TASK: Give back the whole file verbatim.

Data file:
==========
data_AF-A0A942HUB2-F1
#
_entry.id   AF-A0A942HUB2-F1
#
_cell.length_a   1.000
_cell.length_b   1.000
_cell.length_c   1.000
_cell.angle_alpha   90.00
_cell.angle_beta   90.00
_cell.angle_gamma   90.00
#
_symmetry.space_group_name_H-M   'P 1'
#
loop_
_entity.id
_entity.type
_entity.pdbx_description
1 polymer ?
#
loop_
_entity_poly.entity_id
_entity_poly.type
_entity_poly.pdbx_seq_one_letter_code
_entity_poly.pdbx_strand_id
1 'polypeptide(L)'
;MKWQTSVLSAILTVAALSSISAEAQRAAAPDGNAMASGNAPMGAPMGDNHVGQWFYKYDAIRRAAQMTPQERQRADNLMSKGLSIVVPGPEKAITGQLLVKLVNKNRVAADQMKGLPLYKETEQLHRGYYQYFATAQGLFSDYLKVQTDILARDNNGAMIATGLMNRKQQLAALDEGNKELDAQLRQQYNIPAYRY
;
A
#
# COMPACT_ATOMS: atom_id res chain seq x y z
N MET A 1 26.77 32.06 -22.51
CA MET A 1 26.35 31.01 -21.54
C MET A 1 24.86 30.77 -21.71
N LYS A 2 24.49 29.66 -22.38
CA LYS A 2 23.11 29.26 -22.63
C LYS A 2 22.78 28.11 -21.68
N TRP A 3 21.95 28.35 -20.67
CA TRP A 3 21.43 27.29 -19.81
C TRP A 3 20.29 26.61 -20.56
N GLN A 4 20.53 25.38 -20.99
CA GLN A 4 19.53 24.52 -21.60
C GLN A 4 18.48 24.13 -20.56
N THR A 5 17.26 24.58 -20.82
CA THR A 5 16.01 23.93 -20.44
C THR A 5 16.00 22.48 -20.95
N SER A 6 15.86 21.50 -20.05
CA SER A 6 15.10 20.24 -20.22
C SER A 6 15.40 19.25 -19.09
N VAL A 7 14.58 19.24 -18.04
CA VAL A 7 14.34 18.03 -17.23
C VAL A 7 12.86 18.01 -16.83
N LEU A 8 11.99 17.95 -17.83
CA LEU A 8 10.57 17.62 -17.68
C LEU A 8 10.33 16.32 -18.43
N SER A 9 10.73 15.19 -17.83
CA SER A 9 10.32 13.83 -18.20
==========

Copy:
data_AF-A0A942HUB2-F1
#
_entry.id   AF-A0A942HUB2-F1
#
_cell.length_a   1.000
_cell.length_b   1.000
_cell.length_c   1.000
_cell.angle_alpha   90.00
_cell.angle_beta   90.00
_cell.angle_gamma   90.00
#
_symmetry.space_group_name_H-M   'P 1'
#
loop_
_entity.id
_entity.type
_entity.pdbx_description
1 polymer ?
#
loop_
_entity_poly.entity_id
_entity_poly.type
_entity_poly.pdbx_seq_one_letter_code
_entity_poly.pdbx_strand_id
1 'polypeptide(L)'
;MKWQTSVLSAILTVAALSSISAEAQRAAAPDGNAMASGNAPMGAPMGDNHVGQWFYKYDAIRRAAQMTPQERQRADNLMSKGLSIVVPGPEKAITGQLLVKLVNKNRVAADQMKGLPLYKETEQLHRGYYQYFATAQGLFSDYLKVQTDILARDNNGAMIATGLMNRKQQLAALDEGNKELDAQLRQQYNIPAYRY
;
A
#
# COMPACT_ATOMS: atom_id res chain seq x y z
N MET A 1 26.77 32.06 -22.51
CA MET A 1 26.35 31.01 -21.54
C MET A 1 24.86 30.77 -21.71
N LYS A 2 24.49 29.66 -22.38
CA LYS A 2 23.11 29.26 -22.63
C LYS A 2 22.78 28.11 -21.68
N TRP A 3 21.95 28.35 -20.67
CA TRP A 3 21.43 27.29 -19.81
C TRP A 3 20.29 26.61 -20.56
N GLN A 4 20.53 25.38 -20.99
CA GLN A 4 19.53 24.52 -21.60
C GLN A 4 18.48 24.13 -20.56
N THR A 5 17.26 24.58 -20.82
CA THR A 5 16.01 23.93 -20.44
C THR A 5 16.00 22.48 -20.95
N SER A 6 15.86 21.50 -20.05
CA SER A 6 15.10 20.24 -20.22
C SER A 6 15.40 19.25 -19.09
N VAL A 7 14.58 19.24 -18.04
CA VAL A 7 14.34 18.03 -17.23
C VAL A 7 12.86 18.01 -16.83
N LEU A 8 11.99 17.95 -17.83
CA LEU A 8 10.57 17.62 -17.68
C LEU A 8 10.33 16.32 -18.43
N SER A 9 10.73 15.19 -17.83
CA SER A 9 10.32 13.83 -18.20